Stan Marsh, Kyle Broflowfski, Eric Cartman and (sometimes) the ill-fated Kenny McCormick are 8-year-old boys growing up amid an adult world in the backward, frozen-over mountain town of South Park, Colorado. Their adventures, that make up creators Trey Parker and Matt Stone's animated comedy "South Park", include fending off everything from supernatural demons to the biggest names in the Hollywood intelligentsia. "South Park" is several things. It's rude, crude, shocking, smart, decidedly adult, completely original, and it is indulgent in the whims and imaginations of it's creators. It's also the very best political, pop culture and current event satire on television.
The show started as something of a fad - the new vulgar, don't-let-the-kids-watch show on the block. But as real world events changed, "Park" evolved along with them. Standing as the kings on top of a soap box they constructed out of swearing kids, talking poo, homosexual hand puppets and hermaphroditic parents; Parker and Stone where blessed with the freedom of a hit series, hip status and a network that gave them the freedom to do whatever they want. As the show aged, they matured in their storytelling abilities and the show went from shock value fad to a barbed satire of American culture.
"Park" is brought to life with oddly beautiful, vibrantly colored 2-dimensional cut-and-paste animation. The episodes are masterfully constructed. The writing a witty showcase of Parker and Stone's love for pop culture parody, graphic violence, pornography and a bold willingness to take on the hot button issues of the week. It is a free-for-all virtuoso where nothing and nobody is safe, every establishment media position gets flipped on it's head and every politically correct sacred cow gets eviscerated. Now that's comedy - if you can stomach a barrage of extreme scatological humor with your social satire. The vomit jokes and fat jokes on "Park" aren't there for the sake of it, but have substance behind them. And nobody does them better.
Eric Cartman, Mr. Garrison and more recently Randy Marsh (stepping up as a reliably hilarious scene-stealer) are classic characters, but Parker and Stone have gone further and developed an entire town of colorful caricatures. They aren't made to be as endearing as those in "The Simpsons", but aren't supposed to be. The characters aren't just vacuous idiots, and the laughs of the show come from a very socially conscious place.
Straight men Stan and Kyle are the show's most underdeveloped. They serve mostly as a mouthpiece for Parker and Stone's conservative libertarian philosophy, often literally giving a speech to a crowd in the show's finale. There is not a single other place on TV where you can see environmentalists, the anti-smoking lobby, illegal immigrants, trial lawyers, news media hysteria, elitist Hollywood liberals, abortion, sex ed in schools and every celebrity from Mel Gibson to Paris Hilton all get ripped to shreds. The show pulls it off because it has a unique ability to deconstruct and reconstruct current events better than anyone else (notably Comedy Central's overrated "The Daily Show with Jon Stewart"), giving them a hilarious or supernatural explanation without moralizing getting in the way of the laughs. They take their own messages to such loony extremes it's impossible to take seriously.The cherry on top is the seemingly endless quality of the original songs provided by the creator's cover band, DVDA.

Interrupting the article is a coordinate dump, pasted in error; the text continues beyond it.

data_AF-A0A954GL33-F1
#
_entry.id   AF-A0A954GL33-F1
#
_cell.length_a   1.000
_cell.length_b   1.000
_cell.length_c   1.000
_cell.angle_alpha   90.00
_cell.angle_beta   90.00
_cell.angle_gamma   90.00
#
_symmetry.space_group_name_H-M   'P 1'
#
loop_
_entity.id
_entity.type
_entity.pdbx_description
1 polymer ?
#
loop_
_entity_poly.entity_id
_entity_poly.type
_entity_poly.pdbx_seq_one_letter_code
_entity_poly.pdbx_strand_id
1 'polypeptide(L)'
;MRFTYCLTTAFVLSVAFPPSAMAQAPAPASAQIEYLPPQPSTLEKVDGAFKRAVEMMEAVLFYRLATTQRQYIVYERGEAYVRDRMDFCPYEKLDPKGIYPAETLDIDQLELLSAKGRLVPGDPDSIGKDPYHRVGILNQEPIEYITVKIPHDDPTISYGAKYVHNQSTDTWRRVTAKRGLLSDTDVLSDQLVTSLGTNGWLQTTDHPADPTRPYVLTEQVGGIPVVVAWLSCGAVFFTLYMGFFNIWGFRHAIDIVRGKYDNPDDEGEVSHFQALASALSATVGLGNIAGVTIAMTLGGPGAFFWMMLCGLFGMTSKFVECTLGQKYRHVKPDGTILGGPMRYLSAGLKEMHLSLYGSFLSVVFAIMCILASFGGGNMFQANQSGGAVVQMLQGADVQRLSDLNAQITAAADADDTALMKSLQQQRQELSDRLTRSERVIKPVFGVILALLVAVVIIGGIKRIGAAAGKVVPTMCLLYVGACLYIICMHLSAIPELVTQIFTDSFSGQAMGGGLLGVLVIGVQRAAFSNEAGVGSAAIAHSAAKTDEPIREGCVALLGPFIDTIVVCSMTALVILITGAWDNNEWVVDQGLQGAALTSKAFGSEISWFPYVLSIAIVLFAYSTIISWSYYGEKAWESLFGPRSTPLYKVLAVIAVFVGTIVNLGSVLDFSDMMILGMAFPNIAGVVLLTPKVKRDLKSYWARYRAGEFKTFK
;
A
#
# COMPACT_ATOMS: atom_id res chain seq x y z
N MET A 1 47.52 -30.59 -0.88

With a skeleton crew that writes, directs, animates, voices and scores the show, this is independent television in it's purest form. This means it often labors on Parker and Stone's geeky indulgences - episodes center around a full-length "Star Wars" parody, the class gerbil making it's way up a human bowel or Timmy, a handicapped student who can only say his name. Occasionally, their shock value execution creates a gagging reaction that obscures an otherwise brilliant point ("Fat Camp"). But I'd rather have a show that challenges me than one shackled to clichés and network mandates. When "South Park" goes for the shocking ending, you better believe it actually will shock.
Still, "South Park" is almost impossible to recommend in a casual sense. The show is truly an acquired taste, but one I have to come to support whole-heartedly through the years despite (and because) I have absolutely no idea what to expect when sitting down for a new episode. How rare is that? Where so many other shows cower in the corner, begging for our approval "South Park" is constantly taking risks and re-inventing itself. We've got terrific stunt episodes, episodes built around one joke or building to a single knock-out punch line. They use the smash-cut ending better than anyone ("There Goes the Neighborhood"). Sometimes the experiments are to it's own detriment and the episode is a 22 minute bore, but even then it's almost unheard of to find a show in it's 10th season that is still water cooler television.
"South Park" grabs us by the collar, shakes us around and dares even it's biggest fans to come back next week for more. The show is a monument of creative freedom with a wicked imagination, a true (and hilariously funny) sense of comic timing, and an insightful, socially conscious ear that smartly reflects a point of view starving for attention in mainstream television. It is a hugely entertaining, fiercely visceral, fire-breathing, red-blooded American satire made by, for (and most appreciated by) the most jaded and discriminating TV viewers. We just don't have shows like this on TV today. Anywhere.